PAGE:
Essays on American politics and foreign policy

By Donald E. Nuechterlein

Donald Nuechterlein is a political scientist and writer who resides near Charlottesville, Virginia. He is the author of numerous books on American politics and foreign policy, including

  • Defiant Superpower: The New American Hegemony, 2005
  • America Recommitted: A Superpower Assesses its Role in a Turbulent World, 2000
  • A Cold War Odyssey, 1997


Donald Nuechterlein


APRIL 2012

Foreign policy and national security are not among the public's priorities as we head into the November presidential election. Opinion polls show voters to be far more interested in the economy, jobs, and energy prices than in serious foreign policy issues like Iran, Afghanistan, and Syria, even though they get extensive media attention.

In a recent discussion hosted by the Charlottesville Committee on Foreign Relations, I posed four questions that Barack Obama and Mitt Romney, the presumptive contenders in the election, should discuss in a national television debate. They are:

Changing interests. Despite the claims of many experts and politicians, America is far more secure today from a massive foreign attack than at any time since the Cold War's end. No longer are American cities and military bases threatened with nuclear devastation, as they were by the USSR. Although the 9-11 terrorist attacks shocked the country, they inflicted damage only in New York and Washington. And a new strategic arms treaty with Russia reduces the threat of a nuclear attack for the foreseeable future.

World Leadership. That leads to a key question: To what extent, and at what cost, should the United States accept responsibility for securing the peace in other parts of the world, for example, the Middle East, Southeast Asia, the Japan/South Korea sector of East Asia? Specifically, at what cost should Americans shoulder responsibility for protecting the Arab states and Israel against Iran's drive to acquire nuclear weapons?

Similarly, what is America's long-term responsibility for ensuring that Afghanistan doesn't again become a destabilizing factor in South Asia and home to al-Qaeda terrorists? And how strongly should Washington confront Beijing over its veiled claims to sovereignty over the entire strategically-located South China Sea?

The question here is not whether the United States has a major interest in these important areas. Instead, it is how large a role, both economic and military, this country -should be willing to accept in order to keep the peace.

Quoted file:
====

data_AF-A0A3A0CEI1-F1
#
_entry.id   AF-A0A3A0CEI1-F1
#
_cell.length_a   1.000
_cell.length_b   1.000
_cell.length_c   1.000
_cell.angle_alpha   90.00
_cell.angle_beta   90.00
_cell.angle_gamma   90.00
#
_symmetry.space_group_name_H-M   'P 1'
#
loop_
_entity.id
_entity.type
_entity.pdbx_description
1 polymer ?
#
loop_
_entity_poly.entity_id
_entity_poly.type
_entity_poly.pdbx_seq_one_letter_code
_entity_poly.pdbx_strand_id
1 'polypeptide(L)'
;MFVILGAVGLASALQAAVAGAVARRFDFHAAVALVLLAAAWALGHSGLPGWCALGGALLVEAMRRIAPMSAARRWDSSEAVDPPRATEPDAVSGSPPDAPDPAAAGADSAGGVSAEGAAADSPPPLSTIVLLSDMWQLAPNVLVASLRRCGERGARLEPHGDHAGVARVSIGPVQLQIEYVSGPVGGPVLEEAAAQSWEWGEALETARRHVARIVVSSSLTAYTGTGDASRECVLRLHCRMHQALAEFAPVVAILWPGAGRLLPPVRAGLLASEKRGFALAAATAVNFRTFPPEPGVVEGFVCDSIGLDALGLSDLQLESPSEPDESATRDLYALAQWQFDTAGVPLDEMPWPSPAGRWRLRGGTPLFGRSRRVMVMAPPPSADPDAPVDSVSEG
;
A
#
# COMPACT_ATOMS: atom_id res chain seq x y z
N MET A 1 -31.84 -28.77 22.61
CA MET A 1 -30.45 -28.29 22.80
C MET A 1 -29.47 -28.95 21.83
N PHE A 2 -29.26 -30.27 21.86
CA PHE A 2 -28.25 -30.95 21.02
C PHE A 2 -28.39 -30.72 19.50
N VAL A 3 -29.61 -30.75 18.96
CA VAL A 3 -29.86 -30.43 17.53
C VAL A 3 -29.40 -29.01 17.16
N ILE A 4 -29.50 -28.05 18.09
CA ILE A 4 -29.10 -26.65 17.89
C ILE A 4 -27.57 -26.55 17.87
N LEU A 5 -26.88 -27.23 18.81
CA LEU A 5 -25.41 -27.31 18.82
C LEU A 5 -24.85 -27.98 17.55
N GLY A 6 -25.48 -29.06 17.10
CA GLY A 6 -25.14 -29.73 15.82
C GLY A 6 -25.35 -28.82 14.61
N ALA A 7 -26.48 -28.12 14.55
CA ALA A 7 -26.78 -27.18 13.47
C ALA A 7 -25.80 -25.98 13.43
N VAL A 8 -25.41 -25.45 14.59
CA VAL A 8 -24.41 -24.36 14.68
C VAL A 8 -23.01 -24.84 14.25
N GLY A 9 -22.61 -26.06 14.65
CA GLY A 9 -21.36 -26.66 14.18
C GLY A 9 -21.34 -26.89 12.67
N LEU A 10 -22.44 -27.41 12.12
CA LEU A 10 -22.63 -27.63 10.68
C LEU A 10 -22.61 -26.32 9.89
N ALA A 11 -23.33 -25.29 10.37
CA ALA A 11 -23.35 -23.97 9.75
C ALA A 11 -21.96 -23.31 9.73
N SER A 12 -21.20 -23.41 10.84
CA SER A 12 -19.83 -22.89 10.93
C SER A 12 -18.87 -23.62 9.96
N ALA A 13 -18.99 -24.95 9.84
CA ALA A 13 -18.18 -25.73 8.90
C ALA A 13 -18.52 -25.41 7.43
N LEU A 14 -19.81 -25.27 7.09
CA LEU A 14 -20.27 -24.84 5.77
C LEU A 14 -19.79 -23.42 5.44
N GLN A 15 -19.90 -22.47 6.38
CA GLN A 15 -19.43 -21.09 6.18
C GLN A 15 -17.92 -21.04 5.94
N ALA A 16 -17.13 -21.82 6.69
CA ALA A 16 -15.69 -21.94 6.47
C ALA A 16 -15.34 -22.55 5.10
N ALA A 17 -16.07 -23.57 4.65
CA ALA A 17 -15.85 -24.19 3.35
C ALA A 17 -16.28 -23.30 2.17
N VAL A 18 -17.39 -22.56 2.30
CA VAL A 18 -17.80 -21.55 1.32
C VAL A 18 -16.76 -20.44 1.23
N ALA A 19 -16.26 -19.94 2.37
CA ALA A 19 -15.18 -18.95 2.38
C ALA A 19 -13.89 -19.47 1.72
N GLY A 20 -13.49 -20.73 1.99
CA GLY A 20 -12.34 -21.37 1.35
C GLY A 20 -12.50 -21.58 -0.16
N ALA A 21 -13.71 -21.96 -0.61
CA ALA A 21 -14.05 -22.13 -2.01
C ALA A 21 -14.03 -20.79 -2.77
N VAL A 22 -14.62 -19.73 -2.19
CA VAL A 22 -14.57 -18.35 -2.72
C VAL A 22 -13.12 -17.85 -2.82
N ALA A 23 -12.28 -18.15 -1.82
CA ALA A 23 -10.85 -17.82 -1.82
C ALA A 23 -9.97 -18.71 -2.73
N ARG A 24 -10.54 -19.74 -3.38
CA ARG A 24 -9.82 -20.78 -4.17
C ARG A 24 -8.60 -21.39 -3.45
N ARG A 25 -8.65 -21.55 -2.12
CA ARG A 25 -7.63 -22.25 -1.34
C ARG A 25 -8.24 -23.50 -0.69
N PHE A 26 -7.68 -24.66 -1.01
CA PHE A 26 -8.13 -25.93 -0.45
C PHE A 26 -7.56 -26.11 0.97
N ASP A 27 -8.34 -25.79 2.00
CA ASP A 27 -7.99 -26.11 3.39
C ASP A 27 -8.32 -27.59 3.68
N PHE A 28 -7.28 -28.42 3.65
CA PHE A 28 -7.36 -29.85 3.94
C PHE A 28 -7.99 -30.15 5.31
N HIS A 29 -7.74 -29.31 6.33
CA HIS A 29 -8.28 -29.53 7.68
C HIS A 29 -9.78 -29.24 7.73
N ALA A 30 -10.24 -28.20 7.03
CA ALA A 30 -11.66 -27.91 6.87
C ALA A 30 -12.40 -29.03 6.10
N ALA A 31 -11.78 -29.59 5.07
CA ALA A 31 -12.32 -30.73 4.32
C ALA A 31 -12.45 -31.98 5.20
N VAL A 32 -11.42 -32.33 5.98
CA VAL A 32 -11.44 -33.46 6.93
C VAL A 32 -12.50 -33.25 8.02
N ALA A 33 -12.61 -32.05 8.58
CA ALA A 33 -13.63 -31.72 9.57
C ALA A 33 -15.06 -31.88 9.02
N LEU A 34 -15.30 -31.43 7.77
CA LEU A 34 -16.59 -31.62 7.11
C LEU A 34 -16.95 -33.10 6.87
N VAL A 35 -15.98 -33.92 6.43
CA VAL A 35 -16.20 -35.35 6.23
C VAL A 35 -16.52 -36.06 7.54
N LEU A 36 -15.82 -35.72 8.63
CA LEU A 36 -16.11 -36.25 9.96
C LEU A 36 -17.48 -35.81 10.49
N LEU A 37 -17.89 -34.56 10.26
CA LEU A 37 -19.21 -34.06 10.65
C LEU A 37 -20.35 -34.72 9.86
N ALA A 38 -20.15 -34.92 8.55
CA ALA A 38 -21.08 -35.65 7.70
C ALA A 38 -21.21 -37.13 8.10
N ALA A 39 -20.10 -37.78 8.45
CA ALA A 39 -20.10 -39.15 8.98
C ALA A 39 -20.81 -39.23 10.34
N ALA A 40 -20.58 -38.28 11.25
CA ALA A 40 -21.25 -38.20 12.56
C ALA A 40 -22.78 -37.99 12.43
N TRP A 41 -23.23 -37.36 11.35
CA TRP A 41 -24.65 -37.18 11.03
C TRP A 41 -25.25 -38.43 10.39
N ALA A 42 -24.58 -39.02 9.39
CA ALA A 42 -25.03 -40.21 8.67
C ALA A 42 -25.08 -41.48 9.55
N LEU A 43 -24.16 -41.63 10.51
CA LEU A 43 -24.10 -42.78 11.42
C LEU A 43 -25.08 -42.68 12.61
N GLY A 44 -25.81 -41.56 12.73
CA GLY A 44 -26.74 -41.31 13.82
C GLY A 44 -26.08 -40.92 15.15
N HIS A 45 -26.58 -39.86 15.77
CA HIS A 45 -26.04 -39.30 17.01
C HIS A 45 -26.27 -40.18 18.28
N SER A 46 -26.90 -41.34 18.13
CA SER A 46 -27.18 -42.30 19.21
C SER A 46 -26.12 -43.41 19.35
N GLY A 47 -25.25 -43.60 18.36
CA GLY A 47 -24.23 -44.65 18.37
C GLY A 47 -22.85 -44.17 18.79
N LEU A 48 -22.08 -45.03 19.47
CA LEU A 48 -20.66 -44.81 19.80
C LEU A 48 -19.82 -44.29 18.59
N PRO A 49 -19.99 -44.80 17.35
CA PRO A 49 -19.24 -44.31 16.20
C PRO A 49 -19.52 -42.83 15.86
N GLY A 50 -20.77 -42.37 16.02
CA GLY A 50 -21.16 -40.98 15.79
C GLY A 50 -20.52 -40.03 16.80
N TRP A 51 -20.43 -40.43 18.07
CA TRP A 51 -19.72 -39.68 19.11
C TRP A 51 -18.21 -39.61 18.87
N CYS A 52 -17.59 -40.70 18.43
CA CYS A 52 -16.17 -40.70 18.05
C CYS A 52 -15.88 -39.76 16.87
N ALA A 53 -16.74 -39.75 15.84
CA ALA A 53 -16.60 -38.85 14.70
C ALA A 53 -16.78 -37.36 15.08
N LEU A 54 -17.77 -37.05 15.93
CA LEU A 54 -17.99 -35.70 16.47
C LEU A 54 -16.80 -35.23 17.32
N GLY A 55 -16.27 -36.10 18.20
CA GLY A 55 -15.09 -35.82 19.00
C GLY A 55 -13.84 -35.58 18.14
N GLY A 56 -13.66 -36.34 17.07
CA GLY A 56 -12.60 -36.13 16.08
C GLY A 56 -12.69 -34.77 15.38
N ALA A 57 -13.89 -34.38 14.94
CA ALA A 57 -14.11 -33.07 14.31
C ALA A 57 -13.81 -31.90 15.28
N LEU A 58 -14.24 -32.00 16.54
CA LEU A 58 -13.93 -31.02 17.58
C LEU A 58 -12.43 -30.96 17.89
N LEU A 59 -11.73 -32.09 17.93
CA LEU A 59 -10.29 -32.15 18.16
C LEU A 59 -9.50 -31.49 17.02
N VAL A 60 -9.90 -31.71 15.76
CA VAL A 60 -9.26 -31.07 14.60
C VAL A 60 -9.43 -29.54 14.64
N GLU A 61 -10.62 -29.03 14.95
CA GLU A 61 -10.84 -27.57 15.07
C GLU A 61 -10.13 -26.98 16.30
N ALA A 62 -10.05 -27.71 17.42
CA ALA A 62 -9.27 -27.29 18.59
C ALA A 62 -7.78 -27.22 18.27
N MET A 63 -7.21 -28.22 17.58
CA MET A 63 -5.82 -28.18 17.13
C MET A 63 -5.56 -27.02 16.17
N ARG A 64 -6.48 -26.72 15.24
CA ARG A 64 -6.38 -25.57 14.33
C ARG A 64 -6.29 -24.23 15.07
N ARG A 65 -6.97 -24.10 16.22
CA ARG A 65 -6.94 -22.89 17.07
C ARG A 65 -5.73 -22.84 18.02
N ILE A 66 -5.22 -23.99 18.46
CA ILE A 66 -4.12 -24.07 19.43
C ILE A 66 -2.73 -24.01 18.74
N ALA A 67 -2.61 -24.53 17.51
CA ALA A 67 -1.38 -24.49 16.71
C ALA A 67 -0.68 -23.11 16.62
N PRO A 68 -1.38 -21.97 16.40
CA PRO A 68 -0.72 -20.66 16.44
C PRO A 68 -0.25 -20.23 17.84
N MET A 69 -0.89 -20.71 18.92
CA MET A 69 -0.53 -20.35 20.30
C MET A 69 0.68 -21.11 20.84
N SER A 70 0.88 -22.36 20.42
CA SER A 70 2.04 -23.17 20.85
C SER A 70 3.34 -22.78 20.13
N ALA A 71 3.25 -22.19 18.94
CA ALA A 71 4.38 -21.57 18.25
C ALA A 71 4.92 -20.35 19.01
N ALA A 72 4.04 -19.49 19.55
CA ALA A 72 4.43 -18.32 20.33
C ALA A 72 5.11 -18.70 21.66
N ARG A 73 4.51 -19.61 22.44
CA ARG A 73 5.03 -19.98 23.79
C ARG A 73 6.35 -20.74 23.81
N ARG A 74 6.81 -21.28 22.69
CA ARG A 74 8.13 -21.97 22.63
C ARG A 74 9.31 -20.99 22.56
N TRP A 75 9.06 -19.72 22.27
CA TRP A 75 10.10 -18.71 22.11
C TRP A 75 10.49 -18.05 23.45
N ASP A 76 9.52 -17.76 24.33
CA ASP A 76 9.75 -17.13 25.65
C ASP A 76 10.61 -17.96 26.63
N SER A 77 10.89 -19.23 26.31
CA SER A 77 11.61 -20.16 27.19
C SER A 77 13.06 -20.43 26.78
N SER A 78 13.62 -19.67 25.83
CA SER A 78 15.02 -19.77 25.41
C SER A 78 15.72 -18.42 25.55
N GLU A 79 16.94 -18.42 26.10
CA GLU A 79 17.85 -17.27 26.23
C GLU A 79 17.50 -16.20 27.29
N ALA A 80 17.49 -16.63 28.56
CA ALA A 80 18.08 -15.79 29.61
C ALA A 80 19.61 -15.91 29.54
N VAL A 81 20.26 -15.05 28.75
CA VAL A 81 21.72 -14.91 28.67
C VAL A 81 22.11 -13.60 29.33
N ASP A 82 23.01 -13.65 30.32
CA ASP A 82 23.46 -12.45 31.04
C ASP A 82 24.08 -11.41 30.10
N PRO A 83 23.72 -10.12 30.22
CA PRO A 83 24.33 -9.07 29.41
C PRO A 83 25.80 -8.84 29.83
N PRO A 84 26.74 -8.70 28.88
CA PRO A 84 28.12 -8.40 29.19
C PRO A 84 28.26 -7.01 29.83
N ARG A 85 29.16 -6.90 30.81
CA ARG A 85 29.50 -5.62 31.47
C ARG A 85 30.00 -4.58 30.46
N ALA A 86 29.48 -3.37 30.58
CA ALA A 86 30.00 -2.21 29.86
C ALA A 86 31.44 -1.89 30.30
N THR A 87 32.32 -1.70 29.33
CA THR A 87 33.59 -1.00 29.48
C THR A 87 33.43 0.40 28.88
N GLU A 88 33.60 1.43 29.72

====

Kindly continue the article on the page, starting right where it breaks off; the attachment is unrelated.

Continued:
Shared responsibility. That raises another crucial question: Is the United States in 2012 financially capable of shouldering the economic and military burden of policing the world, as it did during the Cold War and fifteen years thereafter? I believe not. Washington needs to insist on an arrangement of shared responsibility with other powers, which usually have as much, or even greater, interest in regional security as does the United States. For example, Turkey, Saudi Arabia, and Egypt, three major powers in the Middle East, should take the lead in dealing with the crisis in Syria. They, along with Washington, should have a large voice in promoting Palestinian statehood as well as guarantees for Israel's long-term security.

In Asia, India, China, and Russia should be an important part of any long-term arrangement to ensure stability and peace in the volatile Afghanistan/Pakistan sector.

NATO's future role. For half a century, U.S. foreign policy was based on the premise that a stable, democratic Western Europe would be an active partner in deterring Soviet expansionist policies in Europe, North Africa, and the Middle East. This partnership worked well during the Cold War. But beginning in 1992, Europe, including Britain, France, and united Germany, has deeply cut its' armed forces and defense budgets and shows reluctance to be involved in peace-making outside Europe.

Even though their governments joined the U.S. in ousting Afghanistan's Taliban regime in 2001-02, Europeans contributed only modest forces to the counter-insurgency operations. As a result, Washington committed by far the largest force and paid the largest bills. In Libya in 2011, Europeans could not continue for more than a few weeks a bombing campaign against the Gaddafi regime due to a lack of sustainability.

The reality today is that NATO is not the strong partner that the U.S. government can count on to participate in significant peace-enforcing operations. Europeans are so absorbed in saving the euro and European Union from financial disaster, and preserving their cherished social well-fare programs, that they have no real interest in international security.

Will Obama and Romney seriously discuss these fundamental questions facing our foreign policy and military planners? Probably not. But they deceive themselves, and the American people, if they persist in asserting that America's allies will be full partners in future peace-enforcing operations. And they deceive us all if they insist that America is capable of acting unilaterally to resolve the world's problems.

File last modified on Saturday, 21-APR-2012 10:40 AM EST

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